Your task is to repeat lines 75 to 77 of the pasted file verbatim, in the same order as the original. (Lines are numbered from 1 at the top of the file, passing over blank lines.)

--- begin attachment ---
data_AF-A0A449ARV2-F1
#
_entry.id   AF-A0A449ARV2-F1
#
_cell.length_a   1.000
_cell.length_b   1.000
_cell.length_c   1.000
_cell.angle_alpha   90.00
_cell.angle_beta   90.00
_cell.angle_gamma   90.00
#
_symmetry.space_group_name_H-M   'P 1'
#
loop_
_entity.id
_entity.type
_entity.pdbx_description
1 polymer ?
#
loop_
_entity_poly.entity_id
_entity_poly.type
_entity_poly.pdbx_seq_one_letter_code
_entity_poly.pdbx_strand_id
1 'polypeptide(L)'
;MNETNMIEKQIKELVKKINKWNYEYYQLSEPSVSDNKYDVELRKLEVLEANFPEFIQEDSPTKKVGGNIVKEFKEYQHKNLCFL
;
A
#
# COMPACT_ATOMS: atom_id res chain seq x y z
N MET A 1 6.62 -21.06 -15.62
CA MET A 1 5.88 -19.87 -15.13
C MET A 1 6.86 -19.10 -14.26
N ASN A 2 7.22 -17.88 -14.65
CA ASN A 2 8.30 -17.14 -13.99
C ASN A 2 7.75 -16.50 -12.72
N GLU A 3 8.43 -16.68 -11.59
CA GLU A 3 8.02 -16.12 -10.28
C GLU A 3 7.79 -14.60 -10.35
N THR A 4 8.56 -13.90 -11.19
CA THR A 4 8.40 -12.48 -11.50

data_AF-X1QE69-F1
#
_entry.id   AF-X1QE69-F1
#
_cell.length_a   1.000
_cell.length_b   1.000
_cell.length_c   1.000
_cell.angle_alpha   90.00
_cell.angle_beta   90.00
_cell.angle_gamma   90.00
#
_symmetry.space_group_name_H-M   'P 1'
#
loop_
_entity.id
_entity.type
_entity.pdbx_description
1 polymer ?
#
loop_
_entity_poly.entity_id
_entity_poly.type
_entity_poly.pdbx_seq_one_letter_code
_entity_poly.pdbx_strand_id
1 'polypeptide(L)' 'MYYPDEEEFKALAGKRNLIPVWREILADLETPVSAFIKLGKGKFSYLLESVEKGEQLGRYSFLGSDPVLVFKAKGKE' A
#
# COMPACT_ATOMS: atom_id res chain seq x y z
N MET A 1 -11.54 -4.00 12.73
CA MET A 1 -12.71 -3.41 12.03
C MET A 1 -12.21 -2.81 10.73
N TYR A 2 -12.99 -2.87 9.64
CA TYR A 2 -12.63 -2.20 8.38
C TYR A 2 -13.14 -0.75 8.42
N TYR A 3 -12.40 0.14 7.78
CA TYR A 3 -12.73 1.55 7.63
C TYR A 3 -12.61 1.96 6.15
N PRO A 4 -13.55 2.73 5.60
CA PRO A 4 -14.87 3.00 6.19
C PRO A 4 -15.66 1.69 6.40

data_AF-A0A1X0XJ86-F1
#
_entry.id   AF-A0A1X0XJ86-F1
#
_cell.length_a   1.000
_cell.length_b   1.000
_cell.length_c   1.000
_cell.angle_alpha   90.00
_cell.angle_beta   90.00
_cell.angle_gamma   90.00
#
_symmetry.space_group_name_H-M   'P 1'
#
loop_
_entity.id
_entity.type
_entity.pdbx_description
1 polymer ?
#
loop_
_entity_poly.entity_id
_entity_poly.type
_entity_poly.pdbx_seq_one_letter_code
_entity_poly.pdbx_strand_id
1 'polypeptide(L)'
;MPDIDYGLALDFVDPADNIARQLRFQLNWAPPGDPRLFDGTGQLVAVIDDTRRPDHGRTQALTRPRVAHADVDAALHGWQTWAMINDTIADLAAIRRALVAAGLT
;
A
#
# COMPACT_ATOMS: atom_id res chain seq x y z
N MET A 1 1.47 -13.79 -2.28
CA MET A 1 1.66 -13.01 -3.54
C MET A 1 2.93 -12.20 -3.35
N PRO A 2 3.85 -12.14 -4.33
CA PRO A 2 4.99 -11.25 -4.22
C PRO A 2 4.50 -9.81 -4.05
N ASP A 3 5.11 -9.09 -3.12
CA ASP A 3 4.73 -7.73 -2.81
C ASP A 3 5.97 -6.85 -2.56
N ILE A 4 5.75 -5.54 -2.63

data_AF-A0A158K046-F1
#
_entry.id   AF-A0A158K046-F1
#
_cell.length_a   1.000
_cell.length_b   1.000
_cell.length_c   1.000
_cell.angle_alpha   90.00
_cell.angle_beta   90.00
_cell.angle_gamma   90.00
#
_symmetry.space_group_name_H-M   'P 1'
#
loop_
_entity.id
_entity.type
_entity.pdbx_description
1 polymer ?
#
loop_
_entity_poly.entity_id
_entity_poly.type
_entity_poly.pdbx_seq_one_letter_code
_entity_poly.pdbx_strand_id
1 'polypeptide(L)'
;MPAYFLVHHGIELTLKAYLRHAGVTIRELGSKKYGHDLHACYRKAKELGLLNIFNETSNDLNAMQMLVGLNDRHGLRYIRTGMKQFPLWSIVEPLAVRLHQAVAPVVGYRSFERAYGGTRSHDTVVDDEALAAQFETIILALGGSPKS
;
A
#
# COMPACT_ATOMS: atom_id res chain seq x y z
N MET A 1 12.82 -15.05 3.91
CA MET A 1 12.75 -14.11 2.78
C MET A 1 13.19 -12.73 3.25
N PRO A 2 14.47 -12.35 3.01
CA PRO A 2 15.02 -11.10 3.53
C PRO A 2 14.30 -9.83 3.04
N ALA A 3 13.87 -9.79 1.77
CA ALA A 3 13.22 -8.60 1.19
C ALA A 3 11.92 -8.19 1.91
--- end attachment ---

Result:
N TYR A 3 -12.40 0.14 7.78
CA TYR A 3 -12.73 1.55 7.63
C TYR A 3 -12.61 1.96 6.15